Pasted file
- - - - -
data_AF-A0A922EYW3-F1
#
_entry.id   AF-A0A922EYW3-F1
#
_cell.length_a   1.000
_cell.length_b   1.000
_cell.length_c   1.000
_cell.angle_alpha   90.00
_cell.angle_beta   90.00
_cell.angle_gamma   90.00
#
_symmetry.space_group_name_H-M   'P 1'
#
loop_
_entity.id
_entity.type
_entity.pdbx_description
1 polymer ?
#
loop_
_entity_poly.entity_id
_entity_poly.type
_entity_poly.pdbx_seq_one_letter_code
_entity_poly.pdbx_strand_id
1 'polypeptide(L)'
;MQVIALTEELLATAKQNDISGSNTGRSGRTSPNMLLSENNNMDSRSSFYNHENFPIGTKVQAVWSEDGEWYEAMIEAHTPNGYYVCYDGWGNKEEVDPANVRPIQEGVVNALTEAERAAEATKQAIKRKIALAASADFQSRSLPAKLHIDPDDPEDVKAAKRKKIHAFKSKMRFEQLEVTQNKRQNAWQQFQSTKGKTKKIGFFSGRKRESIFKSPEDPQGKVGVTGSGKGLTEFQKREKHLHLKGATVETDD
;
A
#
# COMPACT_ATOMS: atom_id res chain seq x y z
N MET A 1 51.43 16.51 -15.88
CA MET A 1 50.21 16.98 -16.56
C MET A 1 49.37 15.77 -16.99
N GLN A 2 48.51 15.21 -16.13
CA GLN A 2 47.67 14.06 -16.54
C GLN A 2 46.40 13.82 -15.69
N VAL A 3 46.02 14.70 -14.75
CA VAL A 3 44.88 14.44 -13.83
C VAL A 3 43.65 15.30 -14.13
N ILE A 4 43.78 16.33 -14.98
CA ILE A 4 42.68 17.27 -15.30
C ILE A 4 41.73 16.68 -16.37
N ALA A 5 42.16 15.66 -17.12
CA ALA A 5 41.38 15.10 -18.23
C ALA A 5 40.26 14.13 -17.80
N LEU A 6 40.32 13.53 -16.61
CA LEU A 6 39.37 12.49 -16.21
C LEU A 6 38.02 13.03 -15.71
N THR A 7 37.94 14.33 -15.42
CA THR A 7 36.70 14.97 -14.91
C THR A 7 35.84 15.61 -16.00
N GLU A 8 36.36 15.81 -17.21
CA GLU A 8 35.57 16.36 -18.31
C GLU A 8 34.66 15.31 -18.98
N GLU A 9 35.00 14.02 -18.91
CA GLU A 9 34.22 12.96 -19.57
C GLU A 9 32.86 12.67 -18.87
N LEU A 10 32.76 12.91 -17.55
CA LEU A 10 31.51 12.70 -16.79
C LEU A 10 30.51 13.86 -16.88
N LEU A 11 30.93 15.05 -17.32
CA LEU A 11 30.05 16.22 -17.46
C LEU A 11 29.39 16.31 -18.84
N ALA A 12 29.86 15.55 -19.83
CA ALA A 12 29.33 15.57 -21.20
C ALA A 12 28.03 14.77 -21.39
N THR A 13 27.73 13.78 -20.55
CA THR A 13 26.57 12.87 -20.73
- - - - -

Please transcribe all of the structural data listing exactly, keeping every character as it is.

data_AF-A0A922EYW3-F1
#
_entry.id   AF-A0A922EYW3-F1
#
_cell.length_a   1.000
_cell.length_b   1.000
_cell.length_c   1.000
_cell.angle_alpha   90.00
_cell.angle_beta   90.00
_cell.angle_gamma   90.00
#
_symmetry.space_group_name_H-M   'P 1'
#
loop_
_entity.id
_entity.type
_entity.pdbx_description
1 polymer ?
#
loop_
_entity_poly.entity_id
_entity_poly.type
_entity_poly.pdbx_seq_one_letter_code
_entity_poly.pdbx_strand_id
1 'polypeptide(L)'
;MQVIALTEELLATAKQNDISGSNTGRSGRTSPNMLLSENNNMDSRSSFYNHENFPIGTKVQAVWSEDGEWYEAMIEAHTPNGYYVCYDGWGNKEEVDPANVRPIQEGVVNALTEAERAAEATKQAIKRKIALAASADFQSRSLPAKLHIDPDDPEDVKAAKRKKIHAFKSKMRFEQLEVTQNKRQNAWQQFQSTKGKTKKIGFFSGRKRESIFKSPEDPQGKVGVTGSGKGLTEFQKREKHLHLKGATVETDD
;
A
#
# COMPACT_ATOMS: atom_id res chain seq x y z
N MET A 1 51.43 16.51 -15.88
CA MET A 1 50.21 16.98 -16.56
C MET A 1 49.37 15.77 -16.99
N GLN A 2 48.51 15.21 -16.13
CA GLN A 2 47.67 14.06 -16.54
C GLN A 2 46.40 13.82 -15.69
N VAL A 3 46.02 14.70 -14.75
CA VAL A 3 44.88 14.44 -13.83
C VAL A 3 43.65 15.30 -14.13
N ILE A 4 43.78 16.33 -14.98
CA ILE A 4 42.68 17.27 -15.30
C ILE A 4 41.73 16.68 -16.37
N ALA A 5 42.16 15.66 -17.12
CA ALA A 5 41.38 15.10 -18.23
C ALA A 5 40.26 14.13 -17.80
N LEU A 6 40.32 13.53 -16.61
CA LEU A 6 39.37 12.49 -16.21
C LEU A 6 38.02 13.03 -15.71
N THR A 7 37.94 14.33 -15.42
CA THR A 7 36.70 14.97 -14.91
C THR A 7 35.84 15.61 -16.00
N GLU A 8 36.36 15.81 -17.21
CA GLU A 8 35.57 16.36 -18.31
C GLU A 8 34.66 15.31 -18.98
N GLU A 9 35.00 14.02 -18.91
CA GLU A 9 34.22 12.96 -19.57
C GLU A 9 32.86 12.67 -18.87
N LEU A 10 32.76 12.91 -17.55
CA LEU A 10 31.51 12.70 -16.79
C LEU A 10 30.51 13.86 -16.88
N LEU A 11 30.93 15.05 -17.32
CA LEU A 11 30.05 16.22 -17.46
C LEU A 11 29.39 16.31 -18.84
N ALA A 12 29.86 15.55 -19.83
CA ALA A 12 29.33 15.57 -21.20
C ALA A 12 28.03 14.77 -21.39
N THR A 13 27.73 13.78 -20.55
CA THR A 13 26.57 12.87 -20.73